Islam and Democracy in the Middle East / Edition 1

Islam and Democracy in the Middle East / Edition 1

by Larry Diamond
     
 

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ISBN-10: 0801878489

ISBN-13: 9780801878480

Pub. Date: 09/01/2003

Publisher: Johns Hopkins University Press

Islam and Democracy in the Middle East provides a comprehensive assessment of the origins and staying power of Middle East autocracies, as well as a sober account of the struggles of state reformers and opposition forces to promote civil liberties, competitive elections, and a pluralistic vision of Islam. Drawing on the insights of some twenty-five leading

Overview

Islam and Democracy in the Middle East provides a comprehensive assessment of the origins and staying power of Middle East autocracies, as well as a sober account of the struggles of state reformers and opposition forces to promote civil liberties, competitive elections, and a pluralistic vision of Islam. Drawing on the insights of some twenty-five leading Western and Middle Eastern scholars, the book highlights the dualistic and often contradictory nature of political liberalization. As the case studies of Morocco, Algeria, Egypt, Jordan, Kuwait, Qatar, and Yemen suggest, political liberalization—as managed by the state—not only opens new spaces for debate and criticism, but is also used as a deliberate tactic to avoid genuine democratization. In several chapters on Iran, the authors analyze the benefits and costs of limited reform. There, the electoral successes of President Mohammad Khatami and his reformist allies inspired a new generation but have not as yet undermined the clerical establishment's power. By contrast, in Turkey a party with Islamist roots is moving a discredited system beyond decades of conflict and paralysis, following a stunning election victory in 2002.

Turkey's experience highlights the critical role of political Islam as a force for change. While acknowledging the enduring attraction of radical Islam throughout the Arab world, the concluding chapters carefully assess the recent efforts of Muslim civil society activists and intellectuals to promote a liberal Islamic alternative. Their struggles to affirm the compatibility of Islam and pluralistic democracy face daunting challenges, not least of which is the persistent efforts of many Arab rulers to limit the influence of all advocates of democracy, secular or religious.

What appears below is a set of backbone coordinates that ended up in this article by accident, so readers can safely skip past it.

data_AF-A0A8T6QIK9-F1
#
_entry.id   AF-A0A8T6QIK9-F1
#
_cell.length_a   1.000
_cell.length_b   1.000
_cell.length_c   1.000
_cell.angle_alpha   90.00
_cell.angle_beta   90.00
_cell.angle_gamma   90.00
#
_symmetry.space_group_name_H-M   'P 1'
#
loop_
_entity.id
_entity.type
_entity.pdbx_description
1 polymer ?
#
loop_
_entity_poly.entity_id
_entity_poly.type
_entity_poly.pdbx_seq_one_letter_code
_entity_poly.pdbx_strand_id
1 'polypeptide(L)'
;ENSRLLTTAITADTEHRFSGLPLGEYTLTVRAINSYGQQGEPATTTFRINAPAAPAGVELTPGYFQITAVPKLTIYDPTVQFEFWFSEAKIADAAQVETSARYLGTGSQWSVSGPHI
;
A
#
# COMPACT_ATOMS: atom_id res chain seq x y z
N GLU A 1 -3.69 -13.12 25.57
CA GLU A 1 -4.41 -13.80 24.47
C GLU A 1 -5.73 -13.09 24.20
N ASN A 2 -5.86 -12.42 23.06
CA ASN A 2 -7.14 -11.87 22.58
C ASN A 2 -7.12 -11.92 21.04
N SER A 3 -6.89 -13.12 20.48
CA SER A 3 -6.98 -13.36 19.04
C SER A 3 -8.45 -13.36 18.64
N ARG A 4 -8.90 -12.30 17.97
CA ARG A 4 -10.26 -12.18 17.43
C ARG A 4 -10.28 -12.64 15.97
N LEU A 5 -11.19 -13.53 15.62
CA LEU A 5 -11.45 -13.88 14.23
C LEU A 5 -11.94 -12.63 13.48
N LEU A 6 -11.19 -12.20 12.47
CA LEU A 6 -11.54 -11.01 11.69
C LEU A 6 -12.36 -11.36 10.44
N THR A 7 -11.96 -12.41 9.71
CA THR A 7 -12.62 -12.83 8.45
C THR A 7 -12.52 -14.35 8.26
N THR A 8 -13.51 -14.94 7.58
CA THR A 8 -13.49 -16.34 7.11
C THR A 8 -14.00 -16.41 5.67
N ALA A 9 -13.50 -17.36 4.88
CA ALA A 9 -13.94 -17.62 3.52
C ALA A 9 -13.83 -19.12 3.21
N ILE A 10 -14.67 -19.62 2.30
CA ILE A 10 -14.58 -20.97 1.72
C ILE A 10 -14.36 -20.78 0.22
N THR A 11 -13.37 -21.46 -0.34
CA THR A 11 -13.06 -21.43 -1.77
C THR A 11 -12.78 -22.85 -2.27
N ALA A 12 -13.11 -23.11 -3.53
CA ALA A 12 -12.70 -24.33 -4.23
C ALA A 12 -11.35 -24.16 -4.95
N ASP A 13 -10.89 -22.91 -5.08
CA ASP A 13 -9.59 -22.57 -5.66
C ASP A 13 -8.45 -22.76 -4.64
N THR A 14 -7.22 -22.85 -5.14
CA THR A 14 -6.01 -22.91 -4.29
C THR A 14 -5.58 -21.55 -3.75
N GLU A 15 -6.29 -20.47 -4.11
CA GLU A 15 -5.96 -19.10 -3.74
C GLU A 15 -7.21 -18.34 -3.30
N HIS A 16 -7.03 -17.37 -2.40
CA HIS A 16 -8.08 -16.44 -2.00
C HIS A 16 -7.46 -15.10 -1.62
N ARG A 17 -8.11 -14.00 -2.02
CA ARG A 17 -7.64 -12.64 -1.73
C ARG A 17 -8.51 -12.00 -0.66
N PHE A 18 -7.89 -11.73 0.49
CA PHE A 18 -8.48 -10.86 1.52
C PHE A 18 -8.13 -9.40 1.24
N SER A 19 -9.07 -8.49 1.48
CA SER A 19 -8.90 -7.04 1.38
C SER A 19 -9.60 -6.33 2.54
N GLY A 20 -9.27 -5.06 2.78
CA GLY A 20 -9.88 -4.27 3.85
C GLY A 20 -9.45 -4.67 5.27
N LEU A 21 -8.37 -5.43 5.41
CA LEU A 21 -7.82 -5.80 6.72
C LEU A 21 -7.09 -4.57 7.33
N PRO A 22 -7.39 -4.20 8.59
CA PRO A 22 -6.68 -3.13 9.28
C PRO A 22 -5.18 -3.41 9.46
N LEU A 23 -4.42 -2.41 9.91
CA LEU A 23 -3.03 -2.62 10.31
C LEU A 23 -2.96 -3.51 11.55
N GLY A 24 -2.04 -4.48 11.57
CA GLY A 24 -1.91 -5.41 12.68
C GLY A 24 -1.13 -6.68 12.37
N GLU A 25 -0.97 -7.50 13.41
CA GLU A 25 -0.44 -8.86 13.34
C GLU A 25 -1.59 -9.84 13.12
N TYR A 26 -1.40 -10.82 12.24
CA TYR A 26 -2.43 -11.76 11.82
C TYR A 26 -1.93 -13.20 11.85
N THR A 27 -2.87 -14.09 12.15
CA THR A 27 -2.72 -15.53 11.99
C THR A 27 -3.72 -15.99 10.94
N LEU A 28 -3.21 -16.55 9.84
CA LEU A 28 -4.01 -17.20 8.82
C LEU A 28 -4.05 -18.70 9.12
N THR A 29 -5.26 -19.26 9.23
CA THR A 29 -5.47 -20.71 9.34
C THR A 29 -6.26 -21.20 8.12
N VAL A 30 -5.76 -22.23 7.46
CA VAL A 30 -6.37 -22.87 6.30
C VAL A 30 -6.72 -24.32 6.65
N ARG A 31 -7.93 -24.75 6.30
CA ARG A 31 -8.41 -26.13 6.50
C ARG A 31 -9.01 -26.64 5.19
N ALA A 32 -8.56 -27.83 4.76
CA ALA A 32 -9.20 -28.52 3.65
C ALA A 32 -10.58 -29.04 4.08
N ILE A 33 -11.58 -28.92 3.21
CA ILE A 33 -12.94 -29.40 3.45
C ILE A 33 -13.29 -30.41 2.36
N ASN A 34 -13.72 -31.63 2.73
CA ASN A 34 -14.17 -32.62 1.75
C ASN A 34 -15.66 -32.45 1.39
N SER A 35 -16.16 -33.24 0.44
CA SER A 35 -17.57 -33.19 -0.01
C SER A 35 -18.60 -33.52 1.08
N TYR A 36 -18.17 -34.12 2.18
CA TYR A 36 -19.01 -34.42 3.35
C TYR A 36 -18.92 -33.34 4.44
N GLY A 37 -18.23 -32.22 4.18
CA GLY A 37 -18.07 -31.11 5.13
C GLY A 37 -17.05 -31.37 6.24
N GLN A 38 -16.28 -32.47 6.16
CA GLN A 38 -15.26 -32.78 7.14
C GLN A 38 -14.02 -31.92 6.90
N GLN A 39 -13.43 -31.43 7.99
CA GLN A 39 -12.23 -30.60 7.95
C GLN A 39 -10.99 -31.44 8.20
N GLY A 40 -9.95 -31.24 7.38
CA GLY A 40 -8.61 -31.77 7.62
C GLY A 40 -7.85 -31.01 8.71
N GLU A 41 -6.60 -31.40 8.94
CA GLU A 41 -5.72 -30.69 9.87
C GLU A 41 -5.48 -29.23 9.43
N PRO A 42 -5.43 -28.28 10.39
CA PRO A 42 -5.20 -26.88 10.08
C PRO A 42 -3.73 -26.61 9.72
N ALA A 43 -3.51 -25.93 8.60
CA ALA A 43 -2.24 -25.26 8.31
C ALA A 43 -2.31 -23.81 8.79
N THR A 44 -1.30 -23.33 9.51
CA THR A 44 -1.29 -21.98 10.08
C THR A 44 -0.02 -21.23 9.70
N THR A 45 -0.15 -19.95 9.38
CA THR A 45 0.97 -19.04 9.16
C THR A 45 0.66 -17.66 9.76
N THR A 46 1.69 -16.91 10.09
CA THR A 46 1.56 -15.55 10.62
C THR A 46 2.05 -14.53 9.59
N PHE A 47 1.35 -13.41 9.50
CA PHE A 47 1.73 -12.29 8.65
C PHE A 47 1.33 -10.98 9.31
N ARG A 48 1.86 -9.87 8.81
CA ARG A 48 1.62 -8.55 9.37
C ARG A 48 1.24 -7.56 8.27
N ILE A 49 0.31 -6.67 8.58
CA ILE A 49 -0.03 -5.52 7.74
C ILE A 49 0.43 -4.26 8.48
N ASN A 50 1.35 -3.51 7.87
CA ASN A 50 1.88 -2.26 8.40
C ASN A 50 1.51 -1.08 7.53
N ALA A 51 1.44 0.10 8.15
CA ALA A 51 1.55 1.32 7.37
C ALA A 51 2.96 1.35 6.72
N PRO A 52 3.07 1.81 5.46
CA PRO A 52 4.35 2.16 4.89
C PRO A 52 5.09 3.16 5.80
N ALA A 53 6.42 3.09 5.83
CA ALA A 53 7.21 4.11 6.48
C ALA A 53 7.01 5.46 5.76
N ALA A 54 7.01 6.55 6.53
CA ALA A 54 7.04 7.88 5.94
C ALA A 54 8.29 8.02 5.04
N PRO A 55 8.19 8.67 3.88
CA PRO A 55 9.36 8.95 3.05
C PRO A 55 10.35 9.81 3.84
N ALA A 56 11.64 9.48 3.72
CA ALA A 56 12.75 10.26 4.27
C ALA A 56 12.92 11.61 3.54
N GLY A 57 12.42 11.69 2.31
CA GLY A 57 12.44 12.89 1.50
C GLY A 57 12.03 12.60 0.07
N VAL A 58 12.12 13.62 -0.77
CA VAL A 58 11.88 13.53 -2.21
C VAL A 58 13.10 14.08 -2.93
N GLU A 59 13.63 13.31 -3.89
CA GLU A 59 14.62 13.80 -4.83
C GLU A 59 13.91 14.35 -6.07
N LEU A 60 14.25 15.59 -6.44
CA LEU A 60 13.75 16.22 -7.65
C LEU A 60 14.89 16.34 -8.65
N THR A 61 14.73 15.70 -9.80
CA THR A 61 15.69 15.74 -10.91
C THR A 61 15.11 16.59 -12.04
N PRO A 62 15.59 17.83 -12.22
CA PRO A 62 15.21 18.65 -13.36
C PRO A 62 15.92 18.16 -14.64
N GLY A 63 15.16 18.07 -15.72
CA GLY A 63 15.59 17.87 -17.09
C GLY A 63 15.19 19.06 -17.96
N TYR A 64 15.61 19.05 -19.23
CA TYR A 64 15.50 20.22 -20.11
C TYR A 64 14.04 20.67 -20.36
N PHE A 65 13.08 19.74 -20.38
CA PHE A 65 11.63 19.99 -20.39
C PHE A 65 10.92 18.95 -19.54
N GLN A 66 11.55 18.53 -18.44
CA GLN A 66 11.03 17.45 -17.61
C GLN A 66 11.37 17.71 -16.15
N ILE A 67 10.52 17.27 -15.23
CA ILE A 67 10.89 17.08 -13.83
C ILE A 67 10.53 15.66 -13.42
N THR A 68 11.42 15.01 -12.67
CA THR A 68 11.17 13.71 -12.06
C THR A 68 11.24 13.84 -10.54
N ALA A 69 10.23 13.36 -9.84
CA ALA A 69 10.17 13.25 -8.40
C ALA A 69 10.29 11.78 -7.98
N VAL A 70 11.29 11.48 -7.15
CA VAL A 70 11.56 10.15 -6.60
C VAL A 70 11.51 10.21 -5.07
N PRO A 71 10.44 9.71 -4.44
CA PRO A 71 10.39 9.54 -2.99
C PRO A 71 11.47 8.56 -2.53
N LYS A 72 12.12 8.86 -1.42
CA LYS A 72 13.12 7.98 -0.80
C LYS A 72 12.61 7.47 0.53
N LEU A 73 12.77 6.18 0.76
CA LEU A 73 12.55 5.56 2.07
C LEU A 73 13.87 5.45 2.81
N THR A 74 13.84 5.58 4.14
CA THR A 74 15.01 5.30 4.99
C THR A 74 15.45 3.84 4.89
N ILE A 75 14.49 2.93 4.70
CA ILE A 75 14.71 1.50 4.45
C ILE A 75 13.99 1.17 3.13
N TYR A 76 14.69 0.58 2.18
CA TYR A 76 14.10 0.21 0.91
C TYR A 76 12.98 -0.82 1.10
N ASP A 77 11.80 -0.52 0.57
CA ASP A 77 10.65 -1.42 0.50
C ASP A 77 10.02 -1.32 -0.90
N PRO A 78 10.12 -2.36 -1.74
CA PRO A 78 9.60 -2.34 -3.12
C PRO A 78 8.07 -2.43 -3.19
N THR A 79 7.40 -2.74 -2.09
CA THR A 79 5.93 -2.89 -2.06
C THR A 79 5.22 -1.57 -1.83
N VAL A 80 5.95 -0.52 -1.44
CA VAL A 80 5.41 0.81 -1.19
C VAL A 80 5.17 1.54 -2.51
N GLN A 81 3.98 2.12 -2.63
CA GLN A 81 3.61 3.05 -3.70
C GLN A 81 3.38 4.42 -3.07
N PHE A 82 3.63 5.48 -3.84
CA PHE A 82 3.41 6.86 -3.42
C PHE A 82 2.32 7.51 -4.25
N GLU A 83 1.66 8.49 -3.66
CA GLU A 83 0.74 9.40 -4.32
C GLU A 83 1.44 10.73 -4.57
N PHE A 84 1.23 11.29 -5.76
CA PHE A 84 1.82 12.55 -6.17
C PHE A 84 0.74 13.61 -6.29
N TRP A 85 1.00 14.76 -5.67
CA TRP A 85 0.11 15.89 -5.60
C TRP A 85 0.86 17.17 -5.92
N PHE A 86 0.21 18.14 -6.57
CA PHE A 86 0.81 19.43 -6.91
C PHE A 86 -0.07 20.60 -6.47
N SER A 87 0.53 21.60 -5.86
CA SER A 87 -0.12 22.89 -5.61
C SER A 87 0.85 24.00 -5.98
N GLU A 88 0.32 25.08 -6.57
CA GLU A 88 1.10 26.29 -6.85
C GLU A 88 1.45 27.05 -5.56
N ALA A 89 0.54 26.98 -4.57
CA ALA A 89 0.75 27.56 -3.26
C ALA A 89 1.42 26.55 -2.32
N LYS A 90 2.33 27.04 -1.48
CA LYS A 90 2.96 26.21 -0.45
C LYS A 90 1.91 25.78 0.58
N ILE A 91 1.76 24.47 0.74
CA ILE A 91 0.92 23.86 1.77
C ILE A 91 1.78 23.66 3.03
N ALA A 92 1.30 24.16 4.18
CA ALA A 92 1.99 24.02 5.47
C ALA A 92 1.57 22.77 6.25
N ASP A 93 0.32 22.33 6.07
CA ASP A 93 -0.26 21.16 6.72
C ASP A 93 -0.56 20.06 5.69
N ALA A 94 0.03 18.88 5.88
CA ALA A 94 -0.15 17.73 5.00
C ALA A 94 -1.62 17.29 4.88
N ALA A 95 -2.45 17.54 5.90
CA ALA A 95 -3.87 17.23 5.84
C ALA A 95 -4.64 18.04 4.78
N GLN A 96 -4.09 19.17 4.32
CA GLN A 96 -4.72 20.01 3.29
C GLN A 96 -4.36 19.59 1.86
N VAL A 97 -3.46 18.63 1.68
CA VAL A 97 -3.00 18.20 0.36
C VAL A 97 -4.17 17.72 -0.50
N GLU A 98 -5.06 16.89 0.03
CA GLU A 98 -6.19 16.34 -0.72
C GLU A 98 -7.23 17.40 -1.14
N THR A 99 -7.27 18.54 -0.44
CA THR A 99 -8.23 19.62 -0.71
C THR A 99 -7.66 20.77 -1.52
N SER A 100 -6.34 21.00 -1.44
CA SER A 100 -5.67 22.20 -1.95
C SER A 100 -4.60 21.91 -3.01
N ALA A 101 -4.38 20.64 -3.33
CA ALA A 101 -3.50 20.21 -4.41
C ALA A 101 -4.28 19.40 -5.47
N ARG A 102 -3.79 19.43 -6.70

Contributors: Shaul Bakhash, George Mason University; Ladan Boroumand, Abdorrahman Boroumand Foundation for the Promotion of Human Rights and Democracy in Iran; Roya Boroumand, Abdorrahman Boroumand Foundation; Jason Brownlee, Princeton University; Daniel Brumberg, Georgetown University; Abdelwahab El-Affendi, University of Westminster; Haleh Esfandiari, Woodrow Wilson International Center for Scholars; Abdou Filali-Ansary, editor of Prologues: revue maghrébine du livre; Michael Herb, Georgia State University; Ramin Jahanbegloo, Aga Khan University, London; Mehrangiz Kar, lawyer, writer, and human rights activist; E. Fuat Keyman, Koç University, Istanbul; Laith Kubba, National Endowment for Democracy; Vickie Langohr, College of the Holy Cross; Bernard Lewis, Princeton University; Russell Lucas, Wake Forest University; Abdeslam Maghraoui, Princeton University; Radwan Masmoudi, Center for the Study of Islam and Democracy, Washington, D.C.; Ziya Önis; Koç University; Soli Ozel, Bilgi University, Istanbul; William Quandt, University of Virginia; Jillian Schwedler, University of Maryland, College Park; Jean-François Seznec, Columbia University and Georgetown University; Emmanuel Sivan, Hebrew University; Mohamed Talbi, independent scholar; Robin Wright, Los Angeles Times.

Product Details

ISBN-13:
9780801878480
Publisher:
Johns Hopkins University Press
Publication date:
09/01/2003
Series:
A Journal of Democracy Book
Edition description:
New Edition
Pages:
352
Product dimensions:
15.00(w) x 22.60(h) x 2.40(d)
Age Range:
18 Years

Table of Contents

Contents:

PART I: Democratization in the Arab World

Mohamed Talbi, A Record of Failure

Emmanuel Sivan, Illusions of Change

Laith Kubba, The Awakening of Civil Society

Daniel Brumberg, The Trap of Liberalized Autocracy

Jason Brownlee, The Decline of Pluralism in Mubarak's Egypt

William Quandt, Algeria's Uneasy Peace

Abdeslam Maghraoui, Depoliticization in Morocco

Jean-Francois Seznec, Stirrings in Saudi Arabia

Michael Herb, Emirs and Parliaments in the Gulf

Jillian Schwedler, Yemen's Aborted Opening

Russell Lucas, Deliberalization in JordanPART II: Iran and Turkey

Shaul Bakhash, Iran's Remarkable Election

Haleh Esfandiari, Is Iran Democratizing? Observations on Election Day

Ladan Boroumand, Is Iran Democratizing? Reform at an Impasse

Daniel Brumberg, Is Iran Democratizing? A Comparativist's Perspective

Ramin Jahanbegloo, The Deadlock in Iran: Pressures from Below

Mehrangiz Kar, The Deadlock in Iran: Constitutional Constraints

Soli Ozel, Turkey at the Polls: A Historic Opportunity

Ziya Onis & Fuat Keyman, Turkey at the Polls: A New Path EmergesPART III: Islam and Democracy

Abdou Filali-Ansary, Muslims and Democracy

Bernard Lewis, A Historical Overview

Robin Wright, Two Visions of Reformation

Abdou Filali-Ansary, The Challenge of Secularization

Abdou Filali-Ansary, The Sources of Enlightened Muslim Thought

Abdelwahab El-Affendi, The Elusive Reformation

Radwan Masmoudi, The Silenced Majority

Laith Kubba, Faith and Modernity

Daniel Brumberg, Islamists and the Politics of Consensus

Vickie Langohr, An Exit from Arab Autocracy

Ladan & Roya Boroumand, Terror, Islam and Democracy

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